The University of Sussex

Syntactic constraints on discourse structure: the case of It-clefts

Judy Delin, Jon Oberlander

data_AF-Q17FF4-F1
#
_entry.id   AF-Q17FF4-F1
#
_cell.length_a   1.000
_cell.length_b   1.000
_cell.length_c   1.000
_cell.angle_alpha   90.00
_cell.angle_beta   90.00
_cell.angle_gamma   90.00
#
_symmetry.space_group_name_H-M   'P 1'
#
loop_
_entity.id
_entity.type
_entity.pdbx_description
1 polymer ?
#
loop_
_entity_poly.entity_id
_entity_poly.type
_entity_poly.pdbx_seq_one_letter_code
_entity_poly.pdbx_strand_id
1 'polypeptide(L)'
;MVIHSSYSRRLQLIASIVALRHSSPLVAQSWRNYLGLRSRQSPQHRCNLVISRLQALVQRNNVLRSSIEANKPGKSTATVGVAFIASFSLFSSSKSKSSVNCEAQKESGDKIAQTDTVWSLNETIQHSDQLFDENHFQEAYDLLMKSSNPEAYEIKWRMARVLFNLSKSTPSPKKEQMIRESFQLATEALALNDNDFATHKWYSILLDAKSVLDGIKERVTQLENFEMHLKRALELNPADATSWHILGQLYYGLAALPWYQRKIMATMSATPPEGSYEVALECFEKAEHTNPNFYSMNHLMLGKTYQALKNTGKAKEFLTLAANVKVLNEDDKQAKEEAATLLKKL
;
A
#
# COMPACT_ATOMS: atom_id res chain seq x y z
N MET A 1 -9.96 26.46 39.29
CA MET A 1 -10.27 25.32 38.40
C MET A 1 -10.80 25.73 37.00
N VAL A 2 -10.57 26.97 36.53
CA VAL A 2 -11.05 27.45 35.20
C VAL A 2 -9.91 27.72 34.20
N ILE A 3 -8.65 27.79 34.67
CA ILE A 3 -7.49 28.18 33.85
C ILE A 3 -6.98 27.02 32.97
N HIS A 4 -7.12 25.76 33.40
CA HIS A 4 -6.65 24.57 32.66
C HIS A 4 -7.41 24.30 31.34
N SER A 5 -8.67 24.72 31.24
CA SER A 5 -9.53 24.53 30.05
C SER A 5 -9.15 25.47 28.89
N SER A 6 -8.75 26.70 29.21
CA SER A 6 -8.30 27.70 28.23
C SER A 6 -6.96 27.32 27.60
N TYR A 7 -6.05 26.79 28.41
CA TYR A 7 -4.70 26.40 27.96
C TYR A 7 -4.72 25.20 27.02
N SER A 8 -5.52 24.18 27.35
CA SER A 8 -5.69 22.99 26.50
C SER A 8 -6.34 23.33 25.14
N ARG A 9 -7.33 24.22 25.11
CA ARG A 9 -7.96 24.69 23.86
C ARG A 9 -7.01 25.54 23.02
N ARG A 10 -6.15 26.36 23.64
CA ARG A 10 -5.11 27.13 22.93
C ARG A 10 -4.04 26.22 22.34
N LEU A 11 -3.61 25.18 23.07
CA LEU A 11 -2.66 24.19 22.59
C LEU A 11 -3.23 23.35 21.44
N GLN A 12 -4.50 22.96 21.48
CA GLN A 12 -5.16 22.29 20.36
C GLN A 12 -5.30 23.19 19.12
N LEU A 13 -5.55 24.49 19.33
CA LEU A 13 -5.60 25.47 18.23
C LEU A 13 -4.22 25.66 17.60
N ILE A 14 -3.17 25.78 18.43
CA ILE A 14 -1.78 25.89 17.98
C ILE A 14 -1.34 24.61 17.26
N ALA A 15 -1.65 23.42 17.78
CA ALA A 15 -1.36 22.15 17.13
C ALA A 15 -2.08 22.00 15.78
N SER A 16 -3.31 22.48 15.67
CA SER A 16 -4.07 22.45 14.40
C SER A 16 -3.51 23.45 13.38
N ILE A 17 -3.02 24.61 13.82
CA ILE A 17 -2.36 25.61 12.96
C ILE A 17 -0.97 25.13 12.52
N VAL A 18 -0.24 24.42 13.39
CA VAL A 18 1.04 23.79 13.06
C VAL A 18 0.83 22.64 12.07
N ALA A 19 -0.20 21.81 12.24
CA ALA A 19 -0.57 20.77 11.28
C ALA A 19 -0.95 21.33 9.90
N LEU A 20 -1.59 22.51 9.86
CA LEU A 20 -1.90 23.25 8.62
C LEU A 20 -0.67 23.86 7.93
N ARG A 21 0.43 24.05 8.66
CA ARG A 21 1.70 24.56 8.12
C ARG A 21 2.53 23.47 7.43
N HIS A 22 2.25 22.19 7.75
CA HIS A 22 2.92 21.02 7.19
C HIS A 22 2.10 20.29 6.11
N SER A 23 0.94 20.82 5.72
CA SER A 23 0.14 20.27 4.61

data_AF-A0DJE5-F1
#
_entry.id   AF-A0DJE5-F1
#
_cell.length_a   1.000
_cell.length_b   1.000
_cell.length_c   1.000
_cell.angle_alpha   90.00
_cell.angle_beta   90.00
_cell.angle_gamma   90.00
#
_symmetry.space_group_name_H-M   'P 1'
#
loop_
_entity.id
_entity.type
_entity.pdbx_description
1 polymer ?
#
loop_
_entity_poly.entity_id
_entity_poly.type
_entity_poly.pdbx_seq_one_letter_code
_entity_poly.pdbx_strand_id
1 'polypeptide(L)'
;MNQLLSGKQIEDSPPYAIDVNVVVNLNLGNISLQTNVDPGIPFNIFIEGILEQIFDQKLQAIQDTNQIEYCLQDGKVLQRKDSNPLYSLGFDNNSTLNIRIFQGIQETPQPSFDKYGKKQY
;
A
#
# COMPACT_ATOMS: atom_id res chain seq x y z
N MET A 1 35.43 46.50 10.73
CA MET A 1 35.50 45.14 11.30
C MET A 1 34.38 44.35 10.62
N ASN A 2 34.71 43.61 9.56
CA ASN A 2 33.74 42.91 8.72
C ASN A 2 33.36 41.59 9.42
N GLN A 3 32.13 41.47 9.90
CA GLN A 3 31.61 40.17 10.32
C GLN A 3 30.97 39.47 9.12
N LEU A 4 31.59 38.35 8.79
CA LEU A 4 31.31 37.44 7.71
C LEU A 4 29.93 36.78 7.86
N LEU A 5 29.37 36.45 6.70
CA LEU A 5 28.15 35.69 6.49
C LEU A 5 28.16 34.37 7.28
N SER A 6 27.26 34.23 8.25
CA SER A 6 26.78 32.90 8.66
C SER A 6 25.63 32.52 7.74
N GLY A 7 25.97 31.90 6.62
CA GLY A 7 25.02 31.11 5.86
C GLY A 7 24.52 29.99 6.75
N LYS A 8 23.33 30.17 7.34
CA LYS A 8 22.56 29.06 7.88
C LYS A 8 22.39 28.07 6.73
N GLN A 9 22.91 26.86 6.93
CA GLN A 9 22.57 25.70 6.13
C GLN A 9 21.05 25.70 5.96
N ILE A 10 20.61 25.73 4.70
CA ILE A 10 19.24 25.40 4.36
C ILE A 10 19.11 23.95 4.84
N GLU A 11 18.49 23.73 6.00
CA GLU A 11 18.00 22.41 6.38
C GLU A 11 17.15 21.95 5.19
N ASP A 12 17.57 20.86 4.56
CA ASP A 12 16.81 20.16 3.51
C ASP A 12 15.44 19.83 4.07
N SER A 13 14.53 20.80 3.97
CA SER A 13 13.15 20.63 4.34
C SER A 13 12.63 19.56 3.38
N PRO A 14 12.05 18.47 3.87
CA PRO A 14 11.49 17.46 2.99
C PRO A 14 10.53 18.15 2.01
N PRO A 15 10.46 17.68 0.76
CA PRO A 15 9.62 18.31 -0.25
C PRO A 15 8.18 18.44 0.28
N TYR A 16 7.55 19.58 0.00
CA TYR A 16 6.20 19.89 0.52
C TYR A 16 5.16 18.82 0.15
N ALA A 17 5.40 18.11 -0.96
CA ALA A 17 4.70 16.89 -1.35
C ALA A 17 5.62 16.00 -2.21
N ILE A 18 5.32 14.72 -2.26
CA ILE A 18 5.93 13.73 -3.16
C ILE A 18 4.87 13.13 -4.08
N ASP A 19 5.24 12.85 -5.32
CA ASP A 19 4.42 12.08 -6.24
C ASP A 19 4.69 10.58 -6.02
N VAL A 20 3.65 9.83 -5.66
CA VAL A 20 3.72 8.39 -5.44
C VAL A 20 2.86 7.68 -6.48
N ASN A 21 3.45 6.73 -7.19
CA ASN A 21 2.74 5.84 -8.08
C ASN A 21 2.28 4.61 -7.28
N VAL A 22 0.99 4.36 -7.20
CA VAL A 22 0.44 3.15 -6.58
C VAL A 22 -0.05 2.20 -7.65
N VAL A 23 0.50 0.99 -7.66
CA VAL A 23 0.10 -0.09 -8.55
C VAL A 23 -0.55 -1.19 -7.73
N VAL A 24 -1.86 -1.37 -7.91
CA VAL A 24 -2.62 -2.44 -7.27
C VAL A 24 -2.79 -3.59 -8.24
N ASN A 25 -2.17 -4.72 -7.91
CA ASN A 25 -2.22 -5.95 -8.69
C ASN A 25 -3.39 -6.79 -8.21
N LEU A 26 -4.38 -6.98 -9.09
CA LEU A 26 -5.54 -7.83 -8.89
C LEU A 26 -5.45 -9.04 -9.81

We present a view of clefts as constructions conveying a bundle of five pragmatic features. While some of these features are discussed in the existing literature, two new ones have emerged from our research, as follows: (i) it-clefts serve to ensure that the eventuality reported in the sentence is conveyed as a STATE; and (ii) it-clefs restrict the range of discourse relations that can be inferred to hold between the incoming content and the existing discourse structure, we observe the markedly different discourse functions of each type: while all clefts convey the five basic features, the features are of differing importance in the functioning of the two types. Crucially, however, all clefts convey that the the intended discourse relation does not involve a default interpretation of narrative progression we explain this constraint in terms of the STATIVISING function of the cleft mentioned above. The precise type of non-narrative discourse relation intended is determined by the topic-comment structure of the particular cleft token and the current state of the discourse context.


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